So what are some of the consequences of a too-strict IP policy? The simple answer is that these agreements discourage programmers from programming in their free time. These kinds of agreements also make it impossible for a programmer to work on any open source projects. These projects normally require that any code a programmer submits to the project be unencumbered by any IP agreement. If everything a programmer touches belongs to the company, the programmer cannot work on open source projects.

Many management or legal types might take the position that protecting company assets is more important than a programmer's ability to program in his or her free time. Unfortunately, this is a very short-sighted view. This viewpoint ignores some important facts.

  • Programmers improve through practice.
  • Open source projects are a great way to improve skills.
  • Many programmers have (programming) interests outside of work.


Although many non-programmers don't realize this, a programmer requires specialized knowledge and skills to program well. These skills can only be improved through practice. Some people are born with more inherent programming aptitude than others, but all programmers need practice to enhance and maintain their skills. Really good programmers often find themselves writing code even when they don't have to. Interestingly, it seems to be less important what you are working on, than that you are continuing to use those skills.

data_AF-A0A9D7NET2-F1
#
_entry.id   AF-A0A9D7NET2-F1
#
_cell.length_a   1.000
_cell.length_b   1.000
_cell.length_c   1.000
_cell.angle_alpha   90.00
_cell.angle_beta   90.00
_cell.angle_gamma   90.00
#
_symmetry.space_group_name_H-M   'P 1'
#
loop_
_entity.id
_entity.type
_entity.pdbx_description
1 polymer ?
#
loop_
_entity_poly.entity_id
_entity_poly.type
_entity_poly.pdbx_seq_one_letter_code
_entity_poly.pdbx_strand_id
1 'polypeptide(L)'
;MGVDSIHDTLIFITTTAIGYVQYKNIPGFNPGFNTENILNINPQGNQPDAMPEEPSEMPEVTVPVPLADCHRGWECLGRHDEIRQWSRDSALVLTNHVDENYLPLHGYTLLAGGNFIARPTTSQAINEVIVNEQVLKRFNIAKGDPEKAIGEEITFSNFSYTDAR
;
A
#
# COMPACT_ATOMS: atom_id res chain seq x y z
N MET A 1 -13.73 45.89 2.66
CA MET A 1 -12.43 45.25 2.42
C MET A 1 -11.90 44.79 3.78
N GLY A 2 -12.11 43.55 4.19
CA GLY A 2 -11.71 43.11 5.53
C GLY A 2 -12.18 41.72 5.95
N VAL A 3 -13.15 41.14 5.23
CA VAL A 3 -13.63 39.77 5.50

Programming on different projects, with different groups of people is a great way to extend the programmer's skills and knowledge. Different experiences tend to make the programmer more flexible in his approaches and more aware of best practices. Open source projects are a great way to see how other people develop software and to be exposed to other methodologies and approaches. The more experience a programmer develops, the better his or her skill set.


One thing that would probably amaze the legal and management types that craft those IP agreements is that many of their programmers will tend to work on completely different kinds of programming outside of work. This makes it less likely that the software the programmer develops will have any relation to the company's business. There are some exceptions to this, but many of us program differently for fun than we do for work.